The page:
Tea cups, I have noticed, all have their unique personality. When I awaken in the wee hours of the morning they speak differently to me, so I am careful who I bring to my lips.
If it is around 2 AM to 4 AM, I reach for a light, white cup with soft butterflies, flowers, leaves, and words that begin with “a mother is love,” and there after follows a sweet poem. One of my children gave this cup to me.
If I am drinking chai, I enjoy the cup given to me by my younger brother. It is from a café in Santa Cruz, California we called Dr. Pergolesi, though I’m not sure if it was owned by an actual doctor. It’s closed now, but their unique chai was the first I’d ever experienced. The cup is 8 ounces and has a simple design with the words “Caffe Pergolesi.” Memories escape the past, floating to the present when I called myself a designer. It was another life, but it comes to visit me now and then.
My favorite time in the morning, right before dawn, generally calls for a little bigger vessel. My midnight black cup feels smooth; it has no words, and the rim of the cup meets my mouth in a way that the tongue and hands and lips can all agree is quiet.
At cafés, I bring my personalized cup with one of my café characters drawings printed on it. The handle feels good, and I have the additional welcoming company of the character on the cup. “She“ has her own personality, just like I have mine. It’s good to drink tea with someone you like.
In the afternoon, a variety of cups could join me. There are cups that contained gifts of flowers. Delicate little things that held a sweet bouquet, and the cup now holds a “bouquet of flavors.” The lovely memory that someone cared about me, and thought to send me one of my favorite things, flowers, delights me! These are a couple of my sweet tea cups.
My working sessions call for cups that say “relax,“  like some cups my students gave me which each have words that end in “tea.” Creativi-tea, Sereni-tea, Prosperi-tea. These are my favorites at the office for any type of tea but mostly fruit teas like peach, blueberry, orange, or flower teas like hibiscus, chamomile, and lavender.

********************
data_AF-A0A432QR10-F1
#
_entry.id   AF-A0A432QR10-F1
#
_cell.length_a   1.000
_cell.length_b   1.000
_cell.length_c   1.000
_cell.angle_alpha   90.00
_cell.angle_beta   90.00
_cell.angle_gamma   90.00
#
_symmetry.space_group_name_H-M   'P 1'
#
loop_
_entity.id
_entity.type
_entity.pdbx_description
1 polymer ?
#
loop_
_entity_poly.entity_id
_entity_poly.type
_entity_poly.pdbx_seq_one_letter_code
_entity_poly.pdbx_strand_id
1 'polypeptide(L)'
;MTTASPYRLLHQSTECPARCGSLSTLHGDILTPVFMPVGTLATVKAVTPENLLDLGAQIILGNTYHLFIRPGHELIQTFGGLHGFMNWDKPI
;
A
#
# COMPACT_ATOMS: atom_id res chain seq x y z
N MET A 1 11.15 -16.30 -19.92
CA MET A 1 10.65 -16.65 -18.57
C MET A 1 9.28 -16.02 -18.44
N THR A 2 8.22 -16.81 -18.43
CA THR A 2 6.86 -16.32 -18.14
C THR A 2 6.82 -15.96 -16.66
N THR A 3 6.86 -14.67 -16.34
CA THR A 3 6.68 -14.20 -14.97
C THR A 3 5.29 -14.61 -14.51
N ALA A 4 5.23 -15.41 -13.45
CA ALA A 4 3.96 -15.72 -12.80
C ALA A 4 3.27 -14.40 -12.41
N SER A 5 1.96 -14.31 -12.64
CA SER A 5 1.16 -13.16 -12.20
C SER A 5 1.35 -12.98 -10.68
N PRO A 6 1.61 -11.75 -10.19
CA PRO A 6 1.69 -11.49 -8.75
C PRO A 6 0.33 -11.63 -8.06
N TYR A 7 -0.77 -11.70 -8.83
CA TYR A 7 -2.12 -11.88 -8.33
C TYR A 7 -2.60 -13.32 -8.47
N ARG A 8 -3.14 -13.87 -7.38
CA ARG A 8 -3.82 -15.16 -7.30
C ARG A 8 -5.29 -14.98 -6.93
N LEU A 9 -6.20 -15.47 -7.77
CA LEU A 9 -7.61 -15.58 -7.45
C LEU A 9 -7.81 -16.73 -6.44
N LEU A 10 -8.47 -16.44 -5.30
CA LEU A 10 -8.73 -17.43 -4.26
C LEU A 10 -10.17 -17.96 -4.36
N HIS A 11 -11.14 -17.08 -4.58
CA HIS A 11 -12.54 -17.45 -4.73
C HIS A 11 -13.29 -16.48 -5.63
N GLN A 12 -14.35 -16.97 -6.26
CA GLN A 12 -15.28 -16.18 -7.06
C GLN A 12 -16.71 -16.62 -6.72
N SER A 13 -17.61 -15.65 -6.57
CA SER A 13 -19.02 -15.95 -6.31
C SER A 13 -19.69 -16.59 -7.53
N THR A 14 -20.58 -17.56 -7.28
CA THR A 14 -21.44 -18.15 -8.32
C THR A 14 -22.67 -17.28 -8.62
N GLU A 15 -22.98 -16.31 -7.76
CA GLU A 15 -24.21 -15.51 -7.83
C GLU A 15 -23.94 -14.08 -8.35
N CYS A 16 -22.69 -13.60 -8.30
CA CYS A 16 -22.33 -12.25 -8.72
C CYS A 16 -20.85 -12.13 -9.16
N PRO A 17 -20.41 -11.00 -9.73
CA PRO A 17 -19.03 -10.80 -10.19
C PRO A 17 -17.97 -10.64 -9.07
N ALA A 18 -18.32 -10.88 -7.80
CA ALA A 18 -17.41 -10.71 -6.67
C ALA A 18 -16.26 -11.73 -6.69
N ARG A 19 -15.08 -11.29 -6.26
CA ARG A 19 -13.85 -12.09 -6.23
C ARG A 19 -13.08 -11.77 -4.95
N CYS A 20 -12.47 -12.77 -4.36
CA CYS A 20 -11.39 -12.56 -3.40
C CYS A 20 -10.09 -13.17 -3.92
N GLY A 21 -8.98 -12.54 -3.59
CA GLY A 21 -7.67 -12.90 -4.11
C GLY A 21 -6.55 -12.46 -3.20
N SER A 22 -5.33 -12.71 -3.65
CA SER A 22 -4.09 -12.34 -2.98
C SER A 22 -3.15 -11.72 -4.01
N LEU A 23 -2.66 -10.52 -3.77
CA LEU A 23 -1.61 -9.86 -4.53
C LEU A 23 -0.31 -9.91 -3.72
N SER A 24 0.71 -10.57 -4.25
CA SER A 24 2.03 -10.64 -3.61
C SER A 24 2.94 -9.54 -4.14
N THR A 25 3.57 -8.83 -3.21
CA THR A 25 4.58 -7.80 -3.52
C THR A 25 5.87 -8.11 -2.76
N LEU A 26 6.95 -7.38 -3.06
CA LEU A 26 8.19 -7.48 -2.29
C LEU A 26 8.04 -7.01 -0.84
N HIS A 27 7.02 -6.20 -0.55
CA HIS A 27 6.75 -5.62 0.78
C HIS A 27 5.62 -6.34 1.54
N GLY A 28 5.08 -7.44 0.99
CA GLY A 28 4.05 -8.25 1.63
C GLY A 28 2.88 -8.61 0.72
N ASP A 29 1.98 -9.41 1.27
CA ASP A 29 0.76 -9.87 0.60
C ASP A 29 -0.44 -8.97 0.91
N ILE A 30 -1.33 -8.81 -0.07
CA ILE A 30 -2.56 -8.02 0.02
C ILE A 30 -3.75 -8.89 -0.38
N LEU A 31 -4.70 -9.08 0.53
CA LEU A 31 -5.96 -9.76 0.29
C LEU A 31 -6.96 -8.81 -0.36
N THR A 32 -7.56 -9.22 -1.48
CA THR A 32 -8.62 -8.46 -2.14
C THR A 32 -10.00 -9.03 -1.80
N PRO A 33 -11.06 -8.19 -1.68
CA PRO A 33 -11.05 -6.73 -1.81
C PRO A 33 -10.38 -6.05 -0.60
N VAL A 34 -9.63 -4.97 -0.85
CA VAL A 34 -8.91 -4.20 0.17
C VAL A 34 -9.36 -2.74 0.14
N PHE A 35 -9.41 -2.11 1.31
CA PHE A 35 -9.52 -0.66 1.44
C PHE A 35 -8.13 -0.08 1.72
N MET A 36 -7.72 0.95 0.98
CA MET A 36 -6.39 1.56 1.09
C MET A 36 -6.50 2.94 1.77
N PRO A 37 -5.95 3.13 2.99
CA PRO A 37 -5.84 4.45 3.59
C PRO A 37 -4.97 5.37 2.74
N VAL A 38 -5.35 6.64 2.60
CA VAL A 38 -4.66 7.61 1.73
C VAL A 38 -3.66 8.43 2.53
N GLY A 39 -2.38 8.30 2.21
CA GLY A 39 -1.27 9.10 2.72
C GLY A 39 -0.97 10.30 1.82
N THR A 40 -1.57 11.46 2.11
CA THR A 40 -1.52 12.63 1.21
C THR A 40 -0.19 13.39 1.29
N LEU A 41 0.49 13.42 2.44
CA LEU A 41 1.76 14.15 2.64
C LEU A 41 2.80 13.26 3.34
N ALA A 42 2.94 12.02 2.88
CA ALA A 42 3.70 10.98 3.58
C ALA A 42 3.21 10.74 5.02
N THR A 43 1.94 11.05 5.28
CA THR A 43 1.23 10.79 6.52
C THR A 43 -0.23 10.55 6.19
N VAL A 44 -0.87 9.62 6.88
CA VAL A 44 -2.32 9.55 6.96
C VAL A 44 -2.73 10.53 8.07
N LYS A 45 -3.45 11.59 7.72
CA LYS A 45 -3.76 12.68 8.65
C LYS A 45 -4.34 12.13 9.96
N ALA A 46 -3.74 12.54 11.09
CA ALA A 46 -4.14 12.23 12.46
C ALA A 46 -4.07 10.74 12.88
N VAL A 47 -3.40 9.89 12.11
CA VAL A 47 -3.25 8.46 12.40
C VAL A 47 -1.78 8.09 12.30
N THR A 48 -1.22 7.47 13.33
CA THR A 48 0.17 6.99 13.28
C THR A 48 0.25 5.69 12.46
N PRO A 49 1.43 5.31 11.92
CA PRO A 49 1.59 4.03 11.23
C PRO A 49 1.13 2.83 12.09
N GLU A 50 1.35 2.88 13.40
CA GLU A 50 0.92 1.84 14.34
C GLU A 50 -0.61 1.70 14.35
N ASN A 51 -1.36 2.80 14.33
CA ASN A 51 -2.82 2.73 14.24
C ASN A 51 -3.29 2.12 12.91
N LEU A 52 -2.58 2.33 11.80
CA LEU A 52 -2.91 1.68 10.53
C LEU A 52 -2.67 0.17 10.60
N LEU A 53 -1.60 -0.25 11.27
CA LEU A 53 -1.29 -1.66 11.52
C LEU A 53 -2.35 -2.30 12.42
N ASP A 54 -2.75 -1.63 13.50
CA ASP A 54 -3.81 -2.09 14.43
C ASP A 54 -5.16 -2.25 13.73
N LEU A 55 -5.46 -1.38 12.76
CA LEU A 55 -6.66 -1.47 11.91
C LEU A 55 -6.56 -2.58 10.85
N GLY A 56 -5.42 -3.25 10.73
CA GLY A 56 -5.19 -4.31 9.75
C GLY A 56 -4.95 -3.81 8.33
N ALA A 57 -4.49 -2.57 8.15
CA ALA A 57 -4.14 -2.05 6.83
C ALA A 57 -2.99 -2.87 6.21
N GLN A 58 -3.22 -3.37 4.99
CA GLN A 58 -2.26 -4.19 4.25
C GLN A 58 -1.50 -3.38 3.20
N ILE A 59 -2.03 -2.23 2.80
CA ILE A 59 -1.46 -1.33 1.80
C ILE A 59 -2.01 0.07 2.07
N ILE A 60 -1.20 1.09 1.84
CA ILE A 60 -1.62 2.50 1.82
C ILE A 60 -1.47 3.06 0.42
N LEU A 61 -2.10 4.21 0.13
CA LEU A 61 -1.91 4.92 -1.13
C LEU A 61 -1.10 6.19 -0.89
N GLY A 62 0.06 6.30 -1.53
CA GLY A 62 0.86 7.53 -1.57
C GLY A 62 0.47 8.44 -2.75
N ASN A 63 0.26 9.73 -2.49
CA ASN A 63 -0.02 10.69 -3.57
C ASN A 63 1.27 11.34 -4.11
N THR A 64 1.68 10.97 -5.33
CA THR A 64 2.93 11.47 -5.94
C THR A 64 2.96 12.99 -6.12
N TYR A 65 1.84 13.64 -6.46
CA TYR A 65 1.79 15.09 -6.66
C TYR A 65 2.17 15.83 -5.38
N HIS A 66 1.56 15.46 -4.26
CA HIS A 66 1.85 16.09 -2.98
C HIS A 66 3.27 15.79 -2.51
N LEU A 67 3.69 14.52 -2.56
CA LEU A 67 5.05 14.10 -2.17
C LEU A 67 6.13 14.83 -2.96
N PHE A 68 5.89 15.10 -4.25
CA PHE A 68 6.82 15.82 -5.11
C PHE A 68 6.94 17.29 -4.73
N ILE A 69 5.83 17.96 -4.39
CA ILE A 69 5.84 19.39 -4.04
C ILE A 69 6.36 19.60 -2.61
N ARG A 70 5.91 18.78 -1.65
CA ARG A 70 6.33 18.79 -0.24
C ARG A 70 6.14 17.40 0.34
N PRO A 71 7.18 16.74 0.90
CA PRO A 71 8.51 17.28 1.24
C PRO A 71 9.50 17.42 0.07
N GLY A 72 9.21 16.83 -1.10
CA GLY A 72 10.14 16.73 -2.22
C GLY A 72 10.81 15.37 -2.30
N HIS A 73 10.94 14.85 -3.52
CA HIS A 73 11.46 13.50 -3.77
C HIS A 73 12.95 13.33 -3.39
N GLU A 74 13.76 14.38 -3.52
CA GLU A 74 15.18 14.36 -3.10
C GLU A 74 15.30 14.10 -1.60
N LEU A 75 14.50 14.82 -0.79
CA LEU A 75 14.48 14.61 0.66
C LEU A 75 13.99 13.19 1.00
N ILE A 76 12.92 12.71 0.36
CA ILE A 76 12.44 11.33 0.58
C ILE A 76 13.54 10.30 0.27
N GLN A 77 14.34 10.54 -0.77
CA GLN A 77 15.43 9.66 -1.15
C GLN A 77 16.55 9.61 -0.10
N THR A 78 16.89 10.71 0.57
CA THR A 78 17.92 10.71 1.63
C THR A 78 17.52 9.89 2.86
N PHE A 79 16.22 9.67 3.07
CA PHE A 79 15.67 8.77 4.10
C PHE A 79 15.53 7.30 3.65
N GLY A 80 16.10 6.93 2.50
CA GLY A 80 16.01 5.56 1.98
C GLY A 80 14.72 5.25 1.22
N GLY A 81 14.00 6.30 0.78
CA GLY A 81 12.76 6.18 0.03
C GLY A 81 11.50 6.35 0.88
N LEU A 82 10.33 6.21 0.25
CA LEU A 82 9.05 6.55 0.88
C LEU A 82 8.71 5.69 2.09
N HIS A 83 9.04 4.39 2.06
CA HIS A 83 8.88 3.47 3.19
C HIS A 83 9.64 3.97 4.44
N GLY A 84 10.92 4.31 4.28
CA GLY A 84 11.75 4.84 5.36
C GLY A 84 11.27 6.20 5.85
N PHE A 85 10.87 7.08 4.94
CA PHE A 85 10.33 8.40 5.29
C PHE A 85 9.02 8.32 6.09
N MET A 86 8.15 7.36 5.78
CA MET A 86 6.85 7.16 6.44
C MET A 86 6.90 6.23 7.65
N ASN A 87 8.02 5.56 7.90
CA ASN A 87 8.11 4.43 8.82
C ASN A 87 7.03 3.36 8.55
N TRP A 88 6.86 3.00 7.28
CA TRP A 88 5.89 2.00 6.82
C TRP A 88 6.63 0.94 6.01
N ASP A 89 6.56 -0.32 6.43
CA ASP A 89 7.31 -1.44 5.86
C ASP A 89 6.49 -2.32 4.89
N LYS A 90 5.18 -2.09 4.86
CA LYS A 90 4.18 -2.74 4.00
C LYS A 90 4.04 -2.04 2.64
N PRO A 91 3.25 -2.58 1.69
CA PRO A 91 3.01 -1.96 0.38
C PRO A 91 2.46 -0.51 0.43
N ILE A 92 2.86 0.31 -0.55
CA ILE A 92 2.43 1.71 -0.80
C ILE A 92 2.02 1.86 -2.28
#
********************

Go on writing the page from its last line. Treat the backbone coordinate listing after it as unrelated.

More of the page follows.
The evening calls for a wide, round barrel cup that my hands, both of them, can wrap around. A cup one can hang out with, like a guy who’s funny and warms your spirit. One who can tell you a story or poem or a good joke.
Now each cup has its own personality and I save one in particular for certain clients. It has the word tea in several languages. This cup I reserve mostly for my distant sessions online, with clients from far away places. I love listening to the beautiful melody of different accents, and imagining how wonderful it would have been to speak five to seven languages like my great-grandparents. My clients from India and Mexico, Slavic countries, China, Germany, Denmark, Portugal, and others are connecting with me, and somehow my multilanguage cup connects us with the beauty of respecting every nation and language. Each person from each country is acknowledged in my heart and through my tea cup.
When my dear friend from England visits, I pull out the teapot and matching cups. I have a couple sets, one with Asian designs for green tea and one, an Italian fruity pot that holds cups for two for tea. Another set I like is actually for Christmas, matching the creamer and sugar bowl. They add just enough formality to say that this is a special time of few distractions, so that we can enjoy one another’s stories.
I have a couple sets of small special cups with gold rims that I use when making a special recipe of chai the way my good friend Pushpa taught me, with ginger, pepper and spice, milk, honey, and black tea. These cups might also be used for hot spiced apple cider. They have known cinnamon, ginger, nutmeg, pepper, and many smiles. You might be interested in what cups are used for coffee, but that’s another story.
For now, let’s enjoy our cup of tea.
What do you think about the cups you use? Are there special characters living in your cabinet? Do you save cups for particular guests?
You can leave a comment on this post, or contact me at Apositiva. I’d love to hear your stories.